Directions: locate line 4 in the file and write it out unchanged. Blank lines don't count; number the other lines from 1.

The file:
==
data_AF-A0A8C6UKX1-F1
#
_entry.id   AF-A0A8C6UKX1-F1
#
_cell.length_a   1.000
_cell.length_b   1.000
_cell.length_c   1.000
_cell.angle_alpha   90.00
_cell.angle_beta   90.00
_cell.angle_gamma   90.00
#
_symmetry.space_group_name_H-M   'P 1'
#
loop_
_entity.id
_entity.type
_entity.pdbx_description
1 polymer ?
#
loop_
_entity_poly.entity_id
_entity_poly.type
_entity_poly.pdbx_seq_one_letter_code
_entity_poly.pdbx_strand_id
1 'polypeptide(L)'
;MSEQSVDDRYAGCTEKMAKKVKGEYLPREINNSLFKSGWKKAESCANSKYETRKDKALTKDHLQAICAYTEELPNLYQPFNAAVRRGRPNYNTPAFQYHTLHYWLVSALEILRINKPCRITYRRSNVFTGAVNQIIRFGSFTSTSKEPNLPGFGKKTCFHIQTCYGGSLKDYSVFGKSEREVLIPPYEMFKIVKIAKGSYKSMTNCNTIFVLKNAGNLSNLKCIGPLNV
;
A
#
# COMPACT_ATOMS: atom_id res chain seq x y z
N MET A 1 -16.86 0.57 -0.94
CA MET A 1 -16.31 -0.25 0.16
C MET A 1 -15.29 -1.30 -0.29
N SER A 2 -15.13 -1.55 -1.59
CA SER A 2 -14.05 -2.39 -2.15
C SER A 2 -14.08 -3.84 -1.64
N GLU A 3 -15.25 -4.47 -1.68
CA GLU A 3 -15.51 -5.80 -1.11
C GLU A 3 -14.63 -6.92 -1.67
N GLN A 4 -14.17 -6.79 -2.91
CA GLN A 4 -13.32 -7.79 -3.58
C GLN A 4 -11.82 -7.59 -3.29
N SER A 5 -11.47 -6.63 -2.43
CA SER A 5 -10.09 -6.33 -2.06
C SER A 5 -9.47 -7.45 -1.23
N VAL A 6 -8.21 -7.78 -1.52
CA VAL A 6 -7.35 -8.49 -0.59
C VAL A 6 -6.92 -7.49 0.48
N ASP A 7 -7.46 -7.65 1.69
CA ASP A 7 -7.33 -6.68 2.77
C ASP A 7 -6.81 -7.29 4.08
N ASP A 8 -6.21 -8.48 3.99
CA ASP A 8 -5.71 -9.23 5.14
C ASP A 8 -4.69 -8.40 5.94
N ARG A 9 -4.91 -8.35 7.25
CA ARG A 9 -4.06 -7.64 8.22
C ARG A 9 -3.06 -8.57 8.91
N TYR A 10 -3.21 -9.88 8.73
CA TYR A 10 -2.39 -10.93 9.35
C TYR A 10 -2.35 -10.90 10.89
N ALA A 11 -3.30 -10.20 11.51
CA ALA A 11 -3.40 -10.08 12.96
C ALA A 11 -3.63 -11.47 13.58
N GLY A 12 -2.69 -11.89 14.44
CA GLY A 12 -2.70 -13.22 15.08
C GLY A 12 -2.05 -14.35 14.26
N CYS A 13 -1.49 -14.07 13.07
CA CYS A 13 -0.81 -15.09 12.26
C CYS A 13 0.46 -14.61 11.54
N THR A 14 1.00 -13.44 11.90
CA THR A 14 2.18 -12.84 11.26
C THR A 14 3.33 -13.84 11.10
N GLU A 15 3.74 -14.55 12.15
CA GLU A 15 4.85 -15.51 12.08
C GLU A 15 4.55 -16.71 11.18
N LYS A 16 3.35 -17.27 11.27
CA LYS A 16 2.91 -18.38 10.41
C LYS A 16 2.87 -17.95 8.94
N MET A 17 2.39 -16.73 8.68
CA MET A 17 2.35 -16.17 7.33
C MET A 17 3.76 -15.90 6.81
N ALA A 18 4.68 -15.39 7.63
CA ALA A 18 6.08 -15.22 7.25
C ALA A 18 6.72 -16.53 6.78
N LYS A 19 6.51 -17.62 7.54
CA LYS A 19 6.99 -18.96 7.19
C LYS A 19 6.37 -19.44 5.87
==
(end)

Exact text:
#